“State varicella surveillance data reported to CDC are now adequate for monitoring national trends in varicella incidence,” the agency said in this week’s issue of Morbidity and Mortality Weekly Report. But, only with information from all 50 states can health officials paint a complete picture. “Continued strengthening of the surveillance system and participation from all states is needed to monitor fully the impact of the routine second dose of varicella vaccine,” the researchers said.

Symptoms of this common infectious disease include an itchy rash on the face, scalp or trunk, fever and headache. Most cases are mild, lasting five to 10 days, but some people become seriously ill. Adults typically become sicker than children.

In 2010, four chickenpox-related deaths were reported, but none of those were patients known to have had the varicella vaccination, the CDC said.

The CDC recommends that children get two doses of varicella vaccine — the first dose between 12 and 15 months of age, the second between 4 and 6 years of age or at least three months after the first dose.

Teenagers and adults who have not had chickenpox or the chickenpox vaccine should also get two doses, at least four weeks apart.

Initially, just one dose of vaccine was recommended. As two-dose vaccination increases, the CDC expects to see further declines in chickenpox. While some people may still develop the virus after vaccination, those breakthrough cases tend to be mild, the agency said.


Advocates say flu vaccine should be mandatory for health workers

Sunday, August 19th, 2012 (last updated)

Despite more than 20 years of recommendations that health workers get flu shots, the most recent data from the Centers for Disease Control and Prevention show more than a third don’t comply.

The voluntary approach to reducing the risk that workers will transmit flu to patients has fallen short.

So consumer and business groups met in Washington Thursday to show their support for a recommendation from the National Business Group on Health that hospitals require all health care workers to be vaccinated annually against the flu.

“We believe that patients have the right to assume that health care personnel, themselves, will take all reasonable measures to reduce and avoid transmission of preventable diseases including the flu,” said Helen Darling, president and CEO of the NBGH. “I think we, as people, assume that after all, they’re our caretakers and we look to them for care and treatment.”

The NBGH is a nonprofit representing more than 300 large employers, including 68 of the Fortune 100. Its statement urged hospitals to “require annual flu vaccination of all employees as a condition of employment unless employees can demonstrate medical contraindications (with physician documentation) or religious objections.”

If that is the case, the NHBG says those employees “should not engage in direct patient care if they have flu-like symptoms.”

But flu vaccinations have been a point of contention among health care workers and labor groups for years. New York health workers pushed back against mandatory vaccination during the pandemic in 2009. A judge sided with nurses who sued to block the requirement.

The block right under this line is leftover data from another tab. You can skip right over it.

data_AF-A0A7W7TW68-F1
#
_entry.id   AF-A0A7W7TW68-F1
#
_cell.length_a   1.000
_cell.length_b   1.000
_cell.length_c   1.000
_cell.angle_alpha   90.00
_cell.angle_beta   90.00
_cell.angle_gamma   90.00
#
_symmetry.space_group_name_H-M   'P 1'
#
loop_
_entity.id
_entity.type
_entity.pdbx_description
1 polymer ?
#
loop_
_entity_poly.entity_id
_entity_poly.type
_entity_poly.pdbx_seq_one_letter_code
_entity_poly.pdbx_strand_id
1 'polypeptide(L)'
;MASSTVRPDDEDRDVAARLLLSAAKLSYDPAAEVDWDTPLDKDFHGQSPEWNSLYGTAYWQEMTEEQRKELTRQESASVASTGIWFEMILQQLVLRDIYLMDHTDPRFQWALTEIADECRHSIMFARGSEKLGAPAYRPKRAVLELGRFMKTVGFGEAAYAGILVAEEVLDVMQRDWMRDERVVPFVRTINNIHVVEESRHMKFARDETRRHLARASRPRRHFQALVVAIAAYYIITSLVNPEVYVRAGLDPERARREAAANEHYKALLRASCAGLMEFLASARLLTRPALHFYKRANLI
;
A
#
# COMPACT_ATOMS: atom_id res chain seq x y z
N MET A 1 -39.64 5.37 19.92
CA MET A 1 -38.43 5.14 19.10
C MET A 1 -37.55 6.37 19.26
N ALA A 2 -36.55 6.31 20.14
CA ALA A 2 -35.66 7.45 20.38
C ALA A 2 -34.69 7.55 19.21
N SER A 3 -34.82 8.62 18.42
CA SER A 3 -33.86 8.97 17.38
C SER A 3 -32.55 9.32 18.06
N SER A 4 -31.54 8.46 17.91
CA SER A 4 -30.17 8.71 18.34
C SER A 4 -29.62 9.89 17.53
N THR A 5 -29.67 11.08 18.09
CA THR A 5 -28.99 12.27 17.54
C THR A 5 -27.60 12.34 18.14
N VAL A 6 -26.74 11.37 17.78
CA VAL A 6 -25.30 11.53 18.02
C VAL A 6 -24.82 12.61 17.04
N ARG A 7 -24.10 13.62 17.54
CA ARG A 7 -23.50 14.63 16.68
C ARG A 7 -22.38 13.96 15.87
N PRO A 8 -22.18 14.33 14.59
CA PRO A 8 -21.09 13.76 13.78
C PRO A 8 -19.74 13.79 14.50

Even within the government, there are conflicting views. In a letter to the National Vaccine Program Office, Jordan Barab, deputy assistant secretary for the Department of Labor’s Occupational Safety and Health Administration, said his organization supports the goal of the HHS’ Healthy People 2020 initiative to get 90 percent of health care personnel vaccinated. But “we are troubled that some have tried to convert the goal into a mandate,” he wrote.


Impact of vaccines

Sunday, August 19th, 2012 (last updated)

Comparison of 20th Century Typical and Current Reported Morbidity due to Vaccine-Preventable Diseases in U.S.


Pre-Vaccine Era*


% Reduction





Hib/unknown type (<5 yrs.)
















Polio (paralytic)








Congenital Rubella Syndrome








* Typically, average during 3 years before vaccine licensure
** Estimated because no national reporting existed in the pre-vaccine era
*** Imported vaccine-associated paralytic polio

Global Number of Reported Cases 1980, 1990, 2000, 2006*






% change





































 Rubella (congenital)






 Tetanus (neonatal)






 Tetanus (total)






 Yellow Fever






WHO vaccine-preventable diseases monitoring system, 2007 global summary

Global Percentage of target population vaccinated 2006*






% change












































 Yellow Fever





WHO vaccine-preventable diseases monitoring system, 2007 global summary

Voices for Vaccines

FDA approves upcoming seasonal flu vaccine

Friday, August 17th, 2012 (last updated)

The U.S. Food and Drug Administration announced the approval this week of the new flu vaccine for the season starting later in 2012.

The FDA annually works with global health experts and other federal agencies on the design of a vaccine that will protect against three viral strains that are mostly likely to cause influenza. The vaccine for the upcoming season has one strain in common with the vaccine from the previous season and two new strains of the virus.

Six companies, including Novartis, Sanofi and GlaxoSmithKline, will take part in manufacturing the vaccine.

Between five and 20 percent of Americans come down with the flu annually, which leads to 200,000 hospitalizations each year, according to the Centers for Disease Control and Prevention. Flu-related deaths vary from year to year and range between 3,000 and 49,000.